There Was An Old Lady Who Swallowed a Fly by Lucille Collandro

Two of Everything by Lily Toy Hong (audiobook)

Measurement Books:

Inch By Inch by Leo Lionni

Strega Nona by Tomie dePaola

Actual Size by Steve Jenkins

Adding and Subtracting Books:

The Crayon Counting Book by Pam Munoz Ryan

The 500 Hats of Bartholomew Cubbins by Dr. Seuss

Money Books: 

Alexander, Who Used To Be Rich Last Sunday by Judith Viorst

A Chair For My Mother by Vera B. Williams

Multiplication and Divisions Books:

The Doorbell Rang by Pat Hutchins (audiobook)

Number Sense:

Millions of Cats by Wanda Gag

*Click on this link to get instructions to get started reading ebooks from the Hawaii State Public Library.

Math Games and Activities to do at Home

Posted on Wednesday, March 19, 2020

Due to the COVID-19 pandemic, we all need to stay home to practice social distancing.  We all still should be reading, writing, and doing math.  Here are some fun activities and games that you can share with your children.  Enjoy!
Grade K:  Two Dice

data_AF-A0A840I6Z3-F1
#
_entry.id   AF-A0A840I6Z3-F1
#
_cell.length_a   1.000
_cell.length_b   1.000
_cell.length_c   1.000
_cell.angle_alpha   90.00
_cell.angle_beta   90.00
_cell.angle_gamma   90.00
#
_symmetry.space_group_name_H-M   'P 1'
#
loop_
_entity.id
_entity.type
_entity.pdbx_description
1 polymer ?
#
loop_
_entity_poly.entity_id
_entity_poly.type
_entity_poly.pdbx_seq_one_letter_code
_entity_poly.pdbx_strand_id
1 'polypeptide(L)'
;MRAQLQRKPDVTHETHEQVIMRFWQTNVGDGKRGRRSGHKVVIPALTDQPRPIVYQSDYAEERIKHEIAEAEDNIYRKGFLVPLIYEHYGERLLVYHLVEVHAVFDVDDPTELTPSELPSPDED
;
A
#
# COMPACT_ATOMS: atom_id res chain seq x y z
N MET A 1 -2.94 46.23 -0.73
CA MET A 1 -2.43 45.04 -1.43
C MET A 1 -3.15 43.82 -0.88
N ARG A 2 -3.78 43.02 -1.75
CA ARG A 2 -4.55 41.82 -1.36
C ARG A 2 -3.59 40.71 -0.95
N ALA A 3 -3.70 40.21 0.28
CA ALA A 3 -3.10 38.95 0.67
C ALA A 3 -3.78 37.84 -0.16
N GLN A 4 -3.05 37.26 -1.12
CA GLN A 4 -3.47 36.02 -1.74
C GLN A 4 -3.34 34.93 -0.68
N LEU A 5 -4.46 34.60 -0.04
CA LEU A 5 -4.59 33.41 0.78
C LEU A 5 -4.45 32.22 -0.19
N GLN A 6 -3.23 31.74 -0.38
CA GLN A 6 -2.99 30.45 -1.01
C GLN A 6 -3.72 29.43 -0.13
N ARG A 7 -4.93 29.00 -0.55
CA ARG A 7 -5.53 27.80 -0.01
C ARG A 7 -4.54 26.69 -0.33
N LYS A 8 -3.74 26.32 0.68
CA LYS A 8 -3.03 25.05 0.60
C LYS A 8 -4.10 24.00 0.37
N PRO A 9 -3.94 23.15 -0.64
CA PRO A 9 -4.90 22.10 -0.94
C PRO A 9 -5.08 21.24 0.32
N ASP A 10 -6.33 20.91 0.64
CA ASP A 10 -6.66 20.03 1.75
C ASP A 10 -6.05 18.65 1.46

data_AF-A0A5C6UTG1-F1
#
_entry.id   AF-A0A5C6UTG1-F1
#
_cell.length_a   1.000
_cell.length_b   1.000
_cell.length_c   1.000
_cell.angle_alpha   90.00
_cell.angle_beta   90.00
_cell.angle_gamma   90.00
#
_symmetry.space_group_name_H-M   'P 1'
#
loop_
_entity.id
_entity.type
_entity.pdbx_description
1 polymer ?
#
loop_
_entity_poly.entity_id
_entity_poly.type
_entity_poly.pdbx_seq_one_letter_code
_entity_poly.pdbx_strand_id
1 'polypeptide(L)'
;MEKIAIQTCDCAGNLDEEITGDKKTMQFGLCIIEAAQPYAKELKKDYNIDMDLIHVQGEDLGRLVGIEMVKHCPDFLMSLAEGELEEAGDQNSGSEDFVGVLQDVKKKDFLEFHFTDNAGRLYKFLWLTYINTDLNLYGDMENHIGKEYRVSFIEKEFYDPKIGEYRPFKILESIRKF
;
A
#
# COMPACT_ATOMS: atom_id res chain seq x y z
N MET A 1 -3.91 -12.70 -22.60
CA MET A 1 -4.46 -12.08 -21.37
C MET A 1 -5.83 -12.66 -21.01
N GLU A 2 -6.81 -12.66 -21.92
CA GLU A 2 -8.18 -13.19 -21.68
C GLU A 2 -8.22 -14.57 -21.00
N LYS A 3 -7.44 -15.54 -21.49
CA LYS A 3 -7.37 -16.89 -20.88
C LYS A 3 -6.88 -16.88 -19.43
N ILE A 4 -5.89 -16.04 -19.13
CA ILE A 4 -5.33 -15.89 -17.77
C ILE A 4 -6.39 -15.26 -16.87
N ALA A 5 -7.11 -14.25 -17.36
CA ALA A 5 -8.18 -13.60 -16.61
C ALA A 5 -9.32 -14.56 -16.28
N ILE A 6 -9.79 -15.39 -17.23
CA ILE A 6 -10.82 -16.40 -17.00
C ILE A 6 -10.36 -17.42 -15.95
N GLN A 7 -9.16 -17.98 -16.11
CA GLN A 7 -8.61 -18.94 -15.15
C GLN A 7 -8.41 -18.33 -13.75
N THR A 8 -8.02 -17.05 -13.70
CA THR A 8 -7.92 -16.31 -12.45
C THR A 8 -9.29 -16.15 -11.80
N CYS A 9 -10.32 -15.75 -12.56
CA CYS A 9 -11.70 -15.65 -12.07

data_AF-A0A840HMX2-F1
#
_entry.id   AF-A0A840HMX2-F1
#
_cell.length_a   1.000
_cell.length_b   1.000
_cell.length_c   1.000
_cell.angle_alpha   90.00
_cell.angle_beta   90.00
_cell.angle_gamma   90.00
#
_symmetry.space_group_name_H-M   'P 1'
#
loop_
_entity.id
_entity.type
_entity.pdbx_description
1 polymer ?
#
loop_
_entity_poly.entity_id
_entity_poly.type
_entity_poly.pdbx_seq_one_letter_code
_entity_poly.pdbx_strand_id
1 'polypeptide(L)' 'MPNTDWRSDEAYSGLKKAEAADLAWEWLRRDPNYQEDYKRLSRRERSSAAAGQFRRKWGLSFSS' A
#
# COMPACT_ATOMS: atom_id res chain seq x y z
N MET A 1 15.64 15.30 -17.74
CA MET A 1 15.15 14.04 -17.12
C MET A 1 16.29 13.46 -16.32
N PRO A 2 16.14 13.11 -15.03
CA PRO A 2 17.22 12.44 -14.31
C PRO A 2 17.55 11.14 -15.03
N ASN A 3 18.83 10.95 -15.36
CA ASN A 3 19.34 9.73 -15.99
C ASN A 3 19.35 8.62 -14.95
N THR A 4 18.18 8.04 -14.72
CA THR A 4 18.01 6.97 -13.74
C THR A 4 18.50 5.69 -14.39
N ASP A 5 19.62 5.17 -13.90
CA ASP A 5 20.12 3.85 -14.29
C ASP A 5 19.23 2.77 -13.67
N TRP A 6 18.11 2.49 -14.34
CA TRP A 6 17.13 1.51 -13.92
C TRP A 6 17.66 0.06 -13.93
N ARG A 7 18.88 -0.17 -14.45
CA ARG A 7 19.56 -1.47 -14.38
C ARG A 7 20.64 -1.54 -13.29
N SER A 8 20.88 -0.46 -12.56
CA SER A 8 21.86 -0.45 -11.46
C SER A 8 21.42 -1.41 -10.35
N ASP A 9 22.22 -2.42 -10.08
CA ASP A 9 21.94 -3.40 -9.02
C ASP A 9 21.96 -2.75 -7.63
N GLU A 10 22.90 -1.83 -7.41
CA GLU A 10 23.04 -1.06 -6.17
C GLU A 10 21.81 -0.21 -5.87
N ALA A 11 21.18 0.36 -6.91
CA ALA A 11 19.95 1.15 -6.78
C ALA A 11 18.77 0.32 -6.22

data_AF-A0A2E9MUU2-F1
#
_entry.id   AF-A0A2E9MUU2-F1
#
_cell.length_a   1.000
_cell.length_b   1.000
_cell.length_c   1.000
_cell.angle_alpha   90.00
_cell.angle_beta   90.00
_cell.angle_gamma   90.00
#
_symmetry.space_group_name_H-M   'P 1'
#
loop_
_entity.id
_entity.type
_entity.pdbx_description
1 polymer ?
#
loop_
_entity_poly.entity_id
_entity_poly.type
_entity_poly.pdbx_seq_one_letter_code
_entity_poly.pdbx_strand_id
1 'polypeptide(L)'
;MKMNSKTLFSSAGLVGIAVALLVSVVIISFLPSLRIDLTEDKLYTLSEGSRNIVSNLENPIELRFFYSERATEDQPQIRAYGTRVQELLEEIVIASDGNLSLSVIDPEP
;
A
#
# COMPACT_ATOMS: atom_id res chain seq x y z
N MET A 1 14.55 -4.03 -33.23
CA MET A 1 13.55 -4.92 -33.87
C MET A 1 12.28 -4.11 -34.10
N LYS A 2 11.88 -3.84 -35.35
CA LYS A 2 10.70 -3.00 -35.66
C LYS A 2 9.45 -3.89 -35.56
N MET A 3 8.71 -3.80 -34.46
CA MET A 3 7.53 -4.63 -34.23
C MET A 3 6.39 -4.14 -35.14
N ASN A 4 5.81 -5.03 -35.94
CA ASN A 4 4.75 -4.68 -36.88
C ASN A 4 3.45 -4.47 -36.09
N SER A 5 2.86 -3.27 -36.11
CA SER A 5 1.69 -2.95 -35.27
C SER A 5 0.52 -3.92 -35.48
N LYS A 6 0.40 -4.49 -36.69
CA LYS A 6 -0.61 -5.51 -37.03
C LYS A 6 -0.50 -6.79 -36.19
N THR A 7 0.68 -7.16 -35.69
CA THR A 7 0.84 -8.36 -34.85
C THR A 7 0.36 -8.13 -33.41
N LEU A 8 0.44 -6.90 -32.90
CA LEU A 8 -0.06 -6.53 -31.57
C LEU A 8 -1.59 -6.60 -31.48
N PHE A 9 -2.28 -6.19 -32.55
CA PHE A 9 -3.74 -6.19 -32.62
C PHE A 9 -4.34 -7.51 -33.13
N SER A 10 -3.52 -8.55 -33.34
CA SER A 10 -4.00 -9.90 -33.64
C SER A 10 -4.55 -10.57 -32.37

Grades K & 1:  How Many Are Hiding?
Grades K & 1:  Tens Go Fish
Grades K - 5:  Shut the Box
Grades 1 & 2:  Tic-Tac-Toe Sums
Grades 1 - 6:  Dicey Addition
Grades 3 - 5:  School Necklaces
Grades 3 - 6:  Tic-Tac-Toe Products
Grades 3 - 6:  How Close to 100
Grades 3 - 6:  Race to 100
Here are some that I enjoy doing with students.  Stay safe and have fun!
Take care!
Mrs. Kaichi-Imamura
Math Coach
Salt Lake Elementary
Ways for Parents to Engage Children With Math 
(From SLES Parent Bulletin, January 2020)
Taken from Global Family Research Project

Read books that highlight mathematical themes. Herb Ginsburg and colleagues from Teachers College, Columbia University, stress the importance of reading books with mathematical themes together. While reading, parents can ask questions that get children to count, identify shapes, and explain their thinking. Early-childhood educators and librarians are good resources to talk to about books and digital media with mathematical content, and many libraries offer story times and playful activities with math content.